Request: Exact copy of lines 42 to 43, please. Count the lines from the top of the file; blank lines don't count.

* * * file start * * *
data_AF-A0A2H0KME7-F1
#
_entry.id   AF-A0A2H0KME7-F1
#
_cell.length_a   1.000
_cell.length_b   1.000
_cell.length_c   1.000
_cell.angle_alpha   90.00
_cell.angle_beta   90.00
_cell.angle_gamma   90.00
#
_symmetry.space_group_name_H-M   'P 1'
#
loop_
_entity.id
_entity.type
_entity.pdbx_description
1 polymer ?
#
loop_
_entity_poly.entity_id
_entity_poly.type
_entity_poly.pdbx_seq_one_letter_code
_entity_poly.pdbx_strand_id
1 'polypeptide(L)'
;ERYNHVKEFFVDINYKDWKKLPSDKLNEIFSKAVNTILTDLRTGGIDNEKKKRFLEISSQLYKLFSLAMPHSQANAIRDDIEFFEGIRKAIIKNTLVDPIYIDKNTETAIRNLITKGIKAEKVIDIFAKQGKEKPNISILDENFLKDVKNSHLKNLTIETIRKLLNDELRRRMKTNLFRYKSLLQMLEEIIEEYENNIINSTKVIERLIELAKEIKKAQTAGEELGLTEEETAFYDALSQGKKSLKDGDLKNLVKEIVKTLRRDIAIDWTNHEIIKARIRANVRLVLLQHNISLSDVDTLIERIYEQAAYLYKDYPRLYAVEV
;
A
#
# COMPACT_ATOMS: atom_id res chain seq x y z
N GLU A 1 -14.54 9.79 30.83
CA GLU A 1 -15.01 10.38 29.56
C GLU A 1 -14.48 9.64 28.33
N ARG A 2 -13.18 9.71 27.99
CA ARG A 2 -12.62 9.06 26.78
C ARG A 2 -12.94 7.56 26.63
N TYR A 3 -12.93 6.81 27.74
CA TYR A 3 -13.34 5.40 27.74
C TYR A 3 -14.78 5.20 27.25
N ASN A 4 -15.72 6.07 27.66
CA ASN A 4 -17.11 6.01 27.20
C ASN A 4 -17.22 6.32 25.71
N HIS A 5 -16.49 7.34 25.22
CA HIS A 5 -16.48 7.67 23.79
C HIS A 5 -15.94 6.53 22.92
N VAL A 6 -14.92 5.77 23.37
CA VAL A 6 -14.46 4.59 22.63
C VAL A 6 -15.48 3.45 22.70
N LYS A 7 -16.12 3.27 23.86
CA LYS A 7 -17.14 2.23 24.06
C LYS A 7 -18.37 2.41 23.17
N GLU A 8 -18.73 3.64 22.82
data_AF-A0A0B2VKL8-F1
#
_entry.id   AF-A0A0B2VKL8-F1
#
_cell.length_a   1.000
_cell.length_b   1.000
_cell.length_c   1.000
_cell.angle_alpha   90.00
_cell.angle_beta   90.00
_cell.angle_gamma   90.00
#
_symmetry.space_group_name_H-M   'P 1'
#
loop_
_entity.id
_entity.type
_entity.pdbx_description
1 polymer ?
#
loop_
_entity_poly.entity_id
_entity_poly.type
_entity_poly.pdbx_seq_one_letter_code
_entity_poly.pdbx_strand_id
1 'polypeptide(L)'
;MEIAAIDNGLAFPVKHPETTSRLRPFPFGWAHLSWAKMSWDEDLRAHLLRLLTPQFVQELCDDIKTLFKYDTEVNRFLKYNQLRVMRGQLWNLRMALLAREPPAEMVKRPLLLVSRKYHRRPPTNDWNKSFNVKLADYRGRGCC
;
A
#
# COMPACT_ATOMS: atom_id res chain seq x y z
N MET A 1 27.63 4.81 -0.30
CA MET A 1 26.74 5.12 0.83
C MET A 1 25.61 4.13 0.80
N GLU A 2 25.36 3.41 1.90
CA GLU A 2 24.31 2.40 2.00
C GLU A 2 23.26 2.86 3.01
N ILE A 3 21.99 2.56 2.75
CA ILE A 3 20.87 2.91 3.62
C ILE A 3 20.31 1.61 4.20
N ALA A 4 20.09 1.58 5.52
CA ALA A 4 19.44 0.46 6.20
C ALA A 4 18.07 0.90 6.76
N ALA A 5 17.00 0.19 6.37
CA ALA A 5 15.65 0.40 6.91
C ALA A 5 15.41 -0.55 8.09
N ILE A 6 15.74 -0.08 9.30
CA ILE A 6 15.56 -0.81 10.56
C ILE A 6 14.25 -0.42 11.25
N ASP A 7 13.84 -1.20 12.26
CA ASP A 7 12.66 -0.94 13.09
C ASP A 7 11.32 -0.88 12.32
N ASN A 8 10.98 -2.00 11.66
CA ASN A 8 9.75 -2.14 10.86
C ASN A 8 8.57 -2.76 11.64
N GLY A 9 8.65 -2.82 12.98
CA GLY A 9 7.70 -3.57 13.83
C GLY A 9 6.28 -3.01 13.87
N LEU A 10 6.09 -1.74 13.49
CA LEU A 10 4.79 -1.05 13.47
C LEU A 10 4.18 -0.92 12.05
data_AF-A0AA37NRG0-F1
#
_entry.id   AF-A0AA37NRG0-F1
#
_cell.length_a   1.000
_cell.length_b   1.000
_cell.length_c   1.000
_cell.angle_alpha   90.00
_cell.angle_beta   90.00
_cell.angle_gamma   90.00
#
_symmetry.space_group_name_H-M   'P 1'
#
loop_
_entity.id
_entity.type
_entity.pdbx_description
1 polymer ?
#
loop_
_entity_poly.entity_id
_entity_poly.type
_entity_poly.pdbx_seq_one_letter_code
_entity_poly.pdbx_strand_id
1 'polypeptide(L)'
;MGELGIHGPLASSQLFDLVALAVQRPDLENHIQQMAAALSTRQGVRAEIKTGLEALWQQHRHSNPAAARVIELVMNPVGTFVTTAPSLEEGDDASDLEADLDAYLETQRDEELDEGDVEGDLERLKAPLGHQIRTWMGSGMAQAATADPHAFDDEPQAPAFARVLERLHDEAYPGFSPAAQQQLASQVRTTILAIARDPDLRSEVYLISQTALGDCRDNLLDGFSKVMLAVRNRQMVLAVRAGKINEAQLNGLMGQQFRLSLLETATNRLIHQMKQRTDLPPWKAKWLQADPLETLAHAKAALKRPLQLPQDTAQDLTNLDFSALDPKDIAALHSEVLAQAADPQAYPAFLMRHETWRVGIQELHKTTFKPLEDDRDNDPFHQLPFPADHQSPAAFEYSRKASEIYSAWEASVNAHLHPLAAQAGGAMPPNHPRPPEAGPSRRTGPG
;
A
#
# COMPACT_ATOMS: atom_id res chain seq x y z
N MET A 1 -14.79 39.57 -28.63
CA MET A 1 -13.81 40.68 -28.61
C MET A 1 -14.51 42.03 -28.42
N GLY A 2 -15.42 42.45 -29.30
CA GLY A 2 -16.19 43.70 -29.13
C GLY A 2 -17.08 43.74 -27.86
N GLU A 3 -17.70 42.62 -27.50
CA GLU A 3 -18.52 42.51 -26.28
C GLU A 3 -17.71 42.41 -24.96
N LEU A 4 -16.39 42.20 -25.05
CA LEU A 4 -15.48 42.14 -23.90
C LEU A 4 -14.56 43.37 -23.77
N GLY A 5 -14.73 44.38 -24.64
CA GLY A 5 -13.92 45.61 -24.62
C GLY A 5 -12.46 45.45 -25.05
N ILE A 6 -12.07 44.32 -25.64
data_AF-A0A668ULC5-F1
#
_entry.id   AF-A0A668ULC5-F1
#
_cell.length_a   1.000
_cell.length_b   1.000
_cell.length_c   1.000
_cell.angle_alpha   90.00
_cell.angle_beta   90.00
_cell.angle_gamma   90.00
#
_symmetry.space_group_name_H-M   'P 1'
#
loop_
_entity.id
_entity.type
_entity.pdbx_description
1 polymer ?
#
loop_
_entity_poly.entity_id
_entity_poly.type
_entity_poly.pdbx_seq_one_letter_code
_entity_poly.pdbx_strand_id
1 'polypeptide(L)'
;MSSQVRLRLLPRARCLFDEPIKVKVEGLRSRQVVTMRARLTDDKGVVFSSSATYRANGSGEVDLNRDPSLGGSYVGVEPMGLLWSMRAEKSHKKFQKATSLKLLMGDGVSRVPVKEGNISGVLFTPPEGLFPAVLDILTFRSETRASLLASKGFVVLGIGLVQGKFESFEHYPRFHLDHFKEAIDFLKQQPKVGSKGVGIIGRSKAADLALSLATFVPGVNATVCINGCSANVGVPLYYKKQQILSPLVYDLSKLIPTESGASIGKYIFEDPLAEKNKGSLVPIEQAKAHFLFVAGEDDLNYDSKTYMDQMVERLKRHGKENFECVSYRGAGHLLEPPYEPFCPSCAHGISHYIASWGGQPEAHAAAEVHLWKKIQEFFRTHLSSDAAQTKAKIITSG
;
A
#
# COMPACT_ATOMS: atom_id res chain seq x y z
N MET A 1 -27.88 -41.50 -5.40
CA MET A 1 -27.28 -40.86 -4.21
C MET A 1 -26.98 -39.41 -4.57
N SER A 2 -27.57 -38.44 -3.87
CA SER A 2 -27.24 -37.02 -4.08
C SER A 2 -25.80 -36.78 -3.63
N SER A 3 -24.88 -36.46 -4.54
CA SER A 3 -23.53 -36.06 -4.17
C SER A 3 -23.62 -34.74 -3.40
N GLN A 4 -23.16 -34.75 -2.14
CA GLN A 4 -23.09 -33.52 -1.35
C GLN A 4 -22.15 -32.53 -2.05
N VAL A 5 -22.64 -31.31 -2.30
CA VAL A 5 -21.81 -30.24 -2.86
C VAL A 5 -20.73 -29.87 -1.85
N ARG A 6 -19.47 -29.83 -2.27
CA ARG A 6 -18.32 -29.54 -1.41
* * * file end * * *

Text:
C ASN A 4 -17.22 6.32 25.71
N HIS A 5 -16.49 7.34 25.22